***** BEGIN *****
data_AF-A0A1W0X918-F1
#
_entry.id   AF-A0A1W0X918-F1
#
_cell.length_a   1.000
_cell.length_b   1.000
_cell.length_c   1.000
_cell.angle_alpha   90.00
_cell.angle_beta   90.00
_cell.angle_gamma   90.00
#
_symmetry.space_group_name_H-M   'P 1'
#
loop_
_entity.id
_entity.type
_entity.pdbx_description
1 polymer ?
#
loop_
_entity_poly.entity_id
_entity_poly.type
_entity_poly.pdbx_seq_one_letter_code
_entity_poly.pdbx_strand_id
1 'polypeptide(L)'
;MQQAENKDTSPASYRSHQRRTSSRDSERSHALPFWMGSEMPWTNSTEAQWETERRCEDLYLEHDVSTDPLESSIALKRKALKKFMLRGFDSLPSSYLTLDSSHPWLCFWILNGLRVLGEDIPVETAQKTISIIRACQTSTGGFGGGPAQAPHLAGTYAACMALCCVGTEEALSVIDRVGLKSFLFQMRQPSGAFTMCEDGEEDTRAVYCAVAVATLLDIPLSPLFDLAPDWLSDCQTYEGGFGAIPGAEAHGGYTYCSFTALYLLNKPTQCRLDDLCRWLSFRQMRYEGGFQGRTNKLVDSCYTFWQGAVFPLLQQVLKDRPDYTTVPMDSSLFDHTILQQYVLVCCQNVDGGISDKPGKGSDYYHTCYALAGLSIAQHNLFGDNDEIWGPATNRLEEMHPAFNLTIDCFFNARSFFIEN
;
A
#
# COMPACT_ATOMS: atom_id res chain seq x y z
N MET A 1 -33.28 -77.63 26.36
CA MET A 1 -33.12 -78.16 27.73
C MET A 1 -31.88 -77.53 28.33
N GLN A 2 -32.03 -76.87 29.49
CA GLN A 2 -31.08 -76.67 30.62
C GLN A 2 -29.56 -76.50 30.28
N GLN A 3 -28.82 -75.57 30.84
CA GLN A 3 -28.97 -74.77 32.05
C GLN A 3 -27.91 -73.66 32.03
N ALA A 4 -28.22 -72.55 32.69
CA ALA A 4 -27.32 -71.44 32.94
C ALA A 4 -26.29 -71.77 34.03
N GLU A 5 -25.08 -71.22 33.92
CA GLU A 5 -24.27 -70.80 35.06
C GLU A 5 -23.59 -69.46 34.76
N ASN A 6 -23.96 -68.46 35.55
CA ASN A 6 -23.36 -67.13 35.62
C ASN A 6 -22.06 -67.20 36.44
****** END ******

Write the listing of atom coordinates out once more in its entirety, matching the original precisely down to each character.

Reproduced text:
data_AF-A0A1W0X918-F1
#
_entry.id   AF-A0A1W0X918-F1
#
_cell.length_a   1.000
_cell.length_b   1.000
_cell.length_c   1.000
_cell.angle_alpha   90.00
_cell.angle_beta   90.00
_cell.angle_gamma   90.00
#
_symmetry.space_group_name_H-M   'P 1'
#
loop_
_entity.id
_entity.type
_entity.pdbx_description
1 polymer ?
#
loop_
_entity_poly.entity_id
_entity_poly.type
_entity_poly.pdbx_seq_one_letter_code
_entity_poly.pdbx_strand_id
1 'polypeptide(L)'
;MQQAENKDTSPASYRSHQRRTSSRDSERSHALPFWMGSEMPWTNSTEAQWETERRCEDLYLEHDVSTDPLESSIALKRKALKKFMLRGFDSLPSSYLTLDSSHPWLCFWILNGLRVLGEDIPVETAQKTISIIRACQTSTGGFGGGPAQAPHLAGTYAACMALCCVGTEEALSVIDRVGLKSFLFQMRQPSGAFTMCEDGEEDTRAVYCAVAVATLLDIPLSPLFDLAPDWLSDCQTYEGGFGAIPGAEAHGGYTYCSFTALYLLNKPTQCRLDDLCRWLSFRQMRYEGGFQGRTNKLVDSCYTFWQGAVFPLLQQVLKDRPDYTTVPMDSSLFDHTILQQYVLVCCQNVDGGISDKPGKGSDYYHTCYALAGLSIAQHNLFGDNDEIWGPATNRLEEMHPAFNLTIDCFFNARSFFIEN
;
A
#
# COMPACT_ATOMS: atom_id res chain seq x y z
N MET A 1 -33.28 -77.63 26.36
CA MET A 1 -33.12 -78.16 27.73
C MET A 1 -31.88 -77.53 28.33
N GLN A 2 -32.03 -76.87 29.49
CA GLN A 2 -31.08 -76.67 30.62
C GLN A 2 -29.56 -76.50 30.28
N GLN A 3 -28.82 -75.57 30.84
CA GLN A 3 -28.97 -74.77 32.05
C GLN A 3 -27.91 -73.66 32.03
N ALA A 4 -28.22 -72.55 32.69
CA ALA A 4 -27.32 -71.44 32.94
C ALA A 4 -26.29 -71.77 34.03
N GLU A 5 -25.08 -71.22 33.92
CA GLU A 5 -24.27 -70.80 35.06
C GLU A 5 -23.59 -69.46 34.76
N ASN A 6 -23.96 -68.46 35.55
CA ASN A 6 -23.36 -67.13 35.62
C ASN A 6 -22.06 -67.20 36.44